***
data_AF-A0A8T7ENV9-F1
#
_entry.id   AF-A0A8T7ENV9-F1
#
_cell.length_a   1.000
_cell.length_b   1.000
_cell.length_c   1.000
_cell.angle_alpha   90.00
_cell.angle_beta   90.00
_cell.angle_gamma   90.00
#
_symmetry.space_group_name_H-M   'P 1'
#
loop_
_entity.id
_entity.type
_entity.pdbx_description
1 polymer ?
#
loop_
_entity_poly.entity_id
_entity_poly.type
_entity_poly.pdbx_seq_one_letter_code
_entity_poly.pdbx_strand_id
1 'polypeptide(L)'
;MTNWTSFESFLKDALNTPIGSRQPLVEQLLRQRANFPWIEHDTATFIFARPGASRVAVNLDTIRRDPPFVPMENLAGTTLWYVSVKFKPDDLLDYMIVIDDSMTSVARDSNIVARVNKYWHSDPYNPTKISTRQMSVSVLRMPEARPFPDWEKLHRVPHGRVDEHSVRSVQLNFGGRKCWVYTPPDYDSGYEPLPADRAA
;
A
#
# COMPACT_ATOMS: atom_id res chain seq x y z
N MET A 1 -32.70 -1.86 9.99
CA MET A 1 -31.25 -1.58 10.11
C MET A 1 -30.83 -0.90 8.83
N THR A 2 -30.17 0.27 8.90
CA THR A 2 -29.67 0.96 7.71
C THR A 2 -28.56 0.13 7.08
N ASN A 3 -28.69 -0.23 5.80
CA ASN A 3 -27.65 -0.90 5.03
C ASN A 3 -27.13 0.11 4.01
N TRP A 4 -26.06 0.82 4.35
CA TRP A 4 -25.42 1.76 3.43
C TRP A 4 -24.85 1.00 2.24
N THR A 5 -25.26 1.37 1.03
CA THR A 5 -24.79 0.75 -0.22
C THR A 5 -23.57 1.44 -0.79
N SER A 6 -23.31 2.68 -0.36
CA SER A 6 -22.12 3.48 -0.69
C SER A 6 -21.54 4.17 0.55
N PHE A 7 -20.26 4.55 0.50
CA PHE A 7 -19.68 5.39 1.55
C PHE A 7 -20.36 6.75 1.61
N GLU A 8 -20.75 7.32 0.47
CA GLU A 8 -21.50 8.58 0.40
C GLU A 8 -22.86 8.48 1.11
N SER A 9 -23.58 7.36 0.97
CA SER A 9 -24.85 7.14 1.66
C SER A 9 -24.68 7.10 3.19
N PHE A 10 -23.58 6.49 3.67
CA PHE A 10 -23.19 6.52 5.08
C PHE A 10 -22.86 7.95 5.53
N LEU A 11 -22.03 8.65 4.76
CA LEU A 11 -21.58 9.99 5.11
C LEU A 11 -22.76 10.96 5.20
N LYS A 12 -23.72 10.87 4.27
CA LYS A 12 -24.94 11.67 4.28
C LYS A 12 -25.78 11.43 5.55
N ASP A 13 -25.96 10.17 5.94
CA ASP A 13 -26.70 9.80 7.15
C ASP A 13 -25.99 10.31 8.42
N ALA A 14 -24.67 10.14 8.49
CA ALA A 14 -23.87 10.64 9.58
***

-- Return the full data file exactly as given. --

data_AF-A0A8T7ENV9-F1
#
_entry.id   AF-A0A8T7ENV9-F1
#
_cell.length_a   1.000
_cell.length_b   1.000
_cell.length_c   1.000
_cell.angle_alpha   90.00
_cell.angle_beta   90.00
_cell.angle_gamma   90.00
#
_symmetry.space_group_name_H-M   'P 1'
#
loop_
_entity.id
_entity.type
_entity.pdbx_description
1 polymer ?
#
loop_
_entity_poly.entity_id
_entity_poly.type
_entity_poly.pdbx_seq_one_letter_code
_entity_poly.pdbx_strand_id
1 'polypeptide(L)'
;MTNWTSFESFLKDALNTPIGSRQPLVEQLLRQRANFPWIEHDTATFIFARPGASRVAVNLDTIRRDPPFVPMENLAGTTLWYVSVKFKPDDLLDYMIVIDDSMTSVARDSNIVARVNKYWHSDPYNPTKISTRQMSVSVLRMPEARPFPDWEKLHRVPHGRVDEHSVRSVQLNFGGRKCWVYTPPDYDSGYEPLPADRAA
;
A
#
# COMPACT_ATOMS: atom_id res chain seq x y z
N MET A 1 -32.70 -1.86 9.99
CA MET A 1 -31.25 -1.58 10.11
C MET A 1 -30.83 -0.90 8.83
N THR A 2 -30.17 0.27 8.90
CA THR A 2 -29.67 0.96 7.71
C THR A 2 -28.56 0.13 7.08
N ASN A 3 -28.69 -0.23 5.80
CA ASN A 3 -27.65 -0.90 5.03
C ASN A 3 -27.13 0.11 4.01
N TRP A 4 -26.06 0.82 4.35
CA TRP A 4 -25.42 1.76 3.43
C TRP A 4 -24.85 1.00 2.24
N THR A 5 -25.26 1.37 1.03
CA THR A 5 -24.79 0.75 -0.22
C THR A 5 -23.57 1.44 -0.79
N SER A 6 -23.31 2.68 -0.36
CA SER A 6 -22.12 3.48 -0.69
C SER A 6 -21.54 4.17 0.55
N PHE A 7 -20.26 4.55 0.50
CA PHE A 7 -19.68 5.39 1.55
C PHE A 7 -20.36 6.75 1.61
N GLU A 8 -20.75 7.32 0.47
CA GLU A 8 -21.50 8.58 0.40
C GLU A 8 -22.86 8.48 1.11
N SER A 9 -23.58 7.36 0.97
CA SER A 9 -24.85 7.14 1.66
C SER A 9 -24.68 7.10 3.19
N PHE A 10 -23.58 6.49 3.67
CA PHE A 10 -23.19 6.52 5.08
C PHE A 10 -22.86 7.95 5.53
N LEU A 11 -22.03 8.65 4.76
CA LEU A 11 -21.58 9.99 5.11
C LEU A 11 -22.76 10.96 5.20
N LYS A 12 -23.72 10.87 4.27
CA LYS A 12 -24.94 11.67 4.28
C LYS A 12 -25.78 11.43 5.55
N ASP A 13 -25.96 10.17 5.94
CA ASP A 13 -26.70 9.80 7.15
C ASP A 13 -25.99 10.31 8.42
N ALA A 14 -24.67 10.14 8.49
CA ALA A 14 -23.87 10.64 9.58